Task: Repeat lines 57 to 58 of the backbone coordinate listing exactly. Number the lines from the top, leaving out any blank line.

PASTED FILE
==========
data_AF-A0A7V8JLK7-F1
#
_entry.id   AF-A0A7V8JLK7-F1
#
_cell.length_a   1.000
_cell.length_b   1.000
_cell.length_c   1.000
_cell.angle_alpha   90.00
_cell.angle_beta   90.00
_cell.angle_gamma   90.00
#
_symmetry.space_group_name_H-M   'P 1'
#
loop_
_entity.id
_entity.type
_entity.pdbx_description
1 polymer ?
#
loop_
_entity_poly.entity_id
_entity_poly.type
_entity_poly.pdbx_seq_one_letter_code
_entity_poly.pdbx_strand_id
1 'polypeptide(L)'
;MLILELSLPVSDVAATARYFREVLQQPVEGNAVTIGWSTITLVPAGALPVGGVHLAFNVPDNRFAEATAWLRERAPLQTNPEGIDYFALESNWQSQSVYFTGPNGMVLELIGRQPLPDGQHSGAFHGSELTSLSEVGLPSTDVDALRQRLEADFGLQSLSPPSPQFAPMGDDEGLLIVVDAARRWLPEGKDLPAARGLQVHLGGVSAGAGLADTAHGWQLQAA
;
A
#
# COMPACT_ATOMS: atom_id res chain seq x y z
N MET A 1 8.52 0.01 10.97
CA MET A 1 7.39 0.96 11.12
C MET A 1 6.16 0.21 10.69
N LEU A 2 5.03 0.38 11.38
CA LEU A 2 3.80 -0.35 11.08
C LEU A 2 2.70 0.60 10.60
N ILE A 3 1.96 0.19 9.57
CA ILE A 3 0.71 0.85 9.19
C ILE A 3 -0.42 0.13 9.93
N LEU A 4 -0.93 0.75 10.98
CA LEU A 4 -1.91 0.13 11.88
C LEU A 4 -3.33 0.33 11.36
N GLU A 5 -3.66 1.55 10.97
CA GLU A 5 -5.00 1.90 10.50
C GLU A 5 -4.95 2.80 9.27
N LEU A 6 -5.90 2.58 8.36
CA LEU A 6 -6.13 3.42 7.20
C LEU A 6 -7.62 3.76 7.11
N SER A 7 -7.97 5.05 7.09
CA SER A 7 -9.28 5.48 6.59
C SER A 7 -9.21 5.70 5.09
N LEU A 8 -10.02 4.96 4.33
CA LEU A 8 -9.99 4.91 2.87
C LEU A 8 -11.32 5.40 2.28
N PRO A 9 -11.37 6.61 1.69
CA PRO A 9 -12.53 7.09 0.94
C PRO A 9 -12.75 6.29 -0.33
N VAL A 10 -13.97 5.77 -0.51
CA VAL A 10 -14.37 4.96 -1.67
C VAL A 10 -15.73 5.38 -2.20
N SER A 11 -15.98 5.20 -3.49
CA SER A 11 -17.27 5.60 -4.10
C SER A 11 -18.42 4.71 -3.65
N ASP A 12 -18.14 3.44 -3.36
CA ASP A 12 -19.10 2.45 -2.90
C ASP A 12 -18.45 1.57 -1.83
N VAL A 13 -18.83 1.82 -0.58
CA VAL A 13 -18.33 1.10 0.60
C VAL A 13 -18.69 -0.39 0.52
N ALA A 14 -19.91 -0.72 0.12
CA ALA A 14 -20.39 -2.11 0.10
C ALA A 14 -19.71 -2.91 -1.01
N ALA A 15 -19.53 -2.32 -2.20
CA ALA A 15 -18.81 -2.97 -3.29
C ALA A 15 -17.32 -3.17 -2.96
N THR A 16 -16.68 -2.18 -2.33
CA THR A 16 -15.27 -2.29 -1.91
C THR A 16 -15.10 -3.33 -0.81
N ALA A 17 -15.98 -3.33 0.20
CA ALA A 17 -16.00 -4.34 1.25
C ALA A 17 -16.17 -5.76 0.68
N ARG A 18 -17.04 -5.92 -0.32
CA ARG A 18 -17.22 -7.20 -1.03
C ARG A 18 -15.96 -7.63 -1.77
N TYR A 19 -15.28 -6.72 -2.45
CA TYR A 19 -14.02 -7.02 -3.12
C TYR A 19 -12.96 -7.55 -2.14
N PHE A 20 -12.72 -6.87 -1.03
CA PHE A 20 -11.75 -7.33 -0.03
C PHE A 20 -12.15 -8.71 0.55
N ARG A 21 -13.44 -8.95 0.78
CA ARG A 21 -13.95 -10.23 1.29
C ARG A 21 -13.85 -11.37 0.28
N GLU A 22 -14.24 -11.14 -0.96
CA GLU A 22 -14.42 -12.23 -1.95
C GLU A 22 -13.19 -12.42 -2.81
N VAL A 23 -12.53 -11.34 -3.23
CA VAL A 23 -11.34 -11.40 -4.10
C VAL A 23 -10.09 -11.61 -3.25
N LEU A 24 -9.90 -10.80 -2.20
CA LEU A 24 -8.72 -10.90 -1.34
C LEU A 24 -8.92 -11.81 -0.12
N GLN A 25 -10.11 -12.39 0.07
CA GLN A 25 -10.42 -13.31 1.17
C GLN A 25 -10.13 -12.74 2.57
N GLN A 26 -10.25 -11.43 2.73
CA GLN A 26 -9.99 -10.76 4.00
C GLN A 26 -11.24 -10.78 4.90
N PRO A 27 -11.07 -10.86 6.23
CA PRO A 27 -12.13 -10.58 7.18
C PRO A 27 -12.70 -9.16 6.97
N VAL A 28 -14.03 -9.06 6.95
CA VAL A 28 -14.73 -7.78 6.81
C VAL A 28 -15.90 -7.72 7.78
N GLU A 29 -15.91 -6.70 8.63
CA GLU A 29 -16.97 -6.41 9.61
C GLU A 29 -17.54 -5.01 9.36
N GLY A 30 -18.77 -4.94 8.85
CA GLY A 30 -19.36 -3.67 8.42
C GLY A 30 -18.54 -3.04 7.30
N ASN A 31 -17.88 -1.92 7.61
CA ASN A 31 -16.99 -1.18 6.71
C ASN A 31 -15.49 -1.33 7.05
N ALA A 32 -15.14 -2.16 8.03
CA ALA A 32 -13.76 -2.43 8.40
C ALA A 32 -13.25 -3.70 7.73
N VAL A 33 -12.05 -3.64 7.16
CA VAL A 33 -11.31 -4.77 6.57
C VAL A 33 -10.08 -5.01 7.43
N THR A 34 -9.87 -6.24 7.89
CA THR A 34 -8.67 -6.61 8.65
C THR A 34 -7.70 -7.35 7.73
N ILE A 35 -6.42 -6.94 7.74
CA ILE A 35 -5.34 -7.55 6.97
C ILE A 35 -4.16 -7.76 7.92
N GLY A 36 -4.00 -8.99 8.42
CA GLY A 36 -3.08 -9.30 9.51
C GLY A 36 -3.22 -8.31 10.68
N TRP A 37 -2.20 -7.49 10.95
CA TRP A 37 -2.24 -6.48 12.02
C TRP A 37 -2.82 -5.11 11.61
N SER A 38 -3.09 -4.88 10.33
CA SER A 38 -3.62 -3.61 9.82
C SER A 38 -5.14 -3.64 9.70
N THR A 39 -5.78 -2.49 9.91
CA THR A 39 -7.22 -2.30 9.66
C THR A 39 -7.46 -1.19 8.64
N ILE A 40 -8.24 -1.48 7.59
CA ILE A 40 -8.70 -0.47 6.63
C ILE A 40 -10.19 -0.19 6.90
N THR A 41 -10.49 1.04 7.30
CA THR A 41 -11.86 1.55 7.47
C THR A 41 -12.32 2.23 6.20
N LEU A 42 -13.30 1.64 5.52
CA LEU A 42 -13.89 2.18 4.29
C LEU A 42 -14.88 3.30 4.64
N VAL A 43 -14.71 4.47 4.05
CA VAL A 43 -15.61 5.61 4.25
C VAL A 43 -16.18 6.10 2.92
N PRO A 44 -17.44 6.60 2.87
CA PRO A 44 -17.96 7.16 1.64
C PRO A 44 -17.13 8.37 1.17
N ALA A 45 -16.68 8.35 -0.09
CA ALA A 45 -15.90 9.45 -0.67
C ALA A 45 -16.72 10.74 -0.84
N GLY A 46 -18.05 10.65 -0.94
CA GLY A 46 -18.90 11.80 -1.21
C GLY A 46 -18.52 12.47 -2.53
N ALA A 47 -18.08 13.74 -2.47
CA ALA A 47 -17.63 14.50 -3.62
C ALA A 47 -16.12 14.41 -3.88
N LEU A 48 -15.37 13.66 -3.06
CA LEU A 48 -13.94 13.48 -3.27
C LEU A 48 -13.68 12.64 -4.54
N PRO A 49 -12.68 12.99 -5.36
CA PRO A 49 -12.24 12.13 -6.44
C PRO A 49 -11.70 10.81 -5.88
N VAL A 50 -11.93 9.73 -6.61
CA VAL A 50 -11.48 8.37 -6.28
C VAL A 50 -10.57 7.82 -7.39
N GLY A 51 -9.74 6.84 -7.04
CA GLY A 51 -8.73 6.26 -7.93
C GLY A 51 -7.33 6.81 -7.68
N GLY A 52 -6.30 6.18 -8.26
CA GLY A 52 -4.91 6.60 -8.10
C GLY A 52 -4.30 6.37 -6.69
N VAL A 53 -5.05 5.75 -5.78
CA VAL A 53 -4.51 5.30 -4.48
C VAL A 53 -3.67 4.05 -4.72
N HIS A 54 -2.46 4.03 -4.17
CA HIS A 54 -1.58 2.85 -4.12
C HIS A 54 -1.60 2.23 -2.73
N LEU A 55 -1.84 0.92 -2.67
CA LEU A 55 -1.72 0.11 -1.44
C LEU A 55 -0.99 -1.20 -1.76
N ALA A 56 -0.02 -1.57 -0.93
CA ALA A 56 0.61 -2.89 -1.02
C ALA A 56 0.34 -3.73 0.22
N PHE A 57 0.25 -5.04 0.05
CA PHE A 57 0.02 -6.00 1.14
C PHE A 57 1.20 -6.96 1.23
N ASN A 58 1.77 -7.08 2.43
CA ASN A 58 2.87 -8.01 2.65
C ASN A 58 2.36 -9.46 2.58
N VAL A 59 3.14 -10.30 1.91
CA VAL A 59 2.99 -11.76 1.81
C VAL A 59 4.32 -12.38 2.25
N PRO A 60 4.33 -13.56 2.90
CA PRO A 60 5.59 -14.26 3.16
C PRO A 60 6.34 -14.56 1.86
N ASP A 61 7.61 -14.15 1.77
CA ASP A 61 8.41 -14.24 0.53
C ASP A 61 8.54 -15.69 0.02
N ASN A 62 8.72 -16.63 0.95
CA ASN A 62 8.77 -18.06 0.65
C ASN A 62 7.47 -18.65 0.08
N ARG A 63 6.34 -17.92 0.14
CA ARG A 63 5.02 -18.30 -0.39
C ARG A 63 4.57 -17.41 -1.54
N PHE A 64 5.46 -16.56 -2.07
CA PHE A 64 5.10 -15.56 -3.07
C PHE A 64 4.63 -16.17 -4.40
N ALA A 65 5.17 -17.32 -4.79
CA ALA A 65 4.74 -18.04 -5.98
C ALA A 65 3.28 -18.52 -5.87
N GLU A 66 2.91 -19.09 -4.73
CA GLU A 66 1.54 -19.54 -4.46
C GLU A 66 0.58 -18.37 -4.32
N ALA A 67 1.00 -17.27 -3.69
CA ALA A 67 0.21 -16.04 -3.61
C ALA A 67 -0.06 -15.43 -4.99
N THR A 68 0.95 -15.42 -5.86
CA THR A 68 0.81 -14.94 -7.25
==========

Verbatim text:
C PRO A 9 -12.75 6.29 -0.33
N VAL A 10 -13.97 5.77 -0.51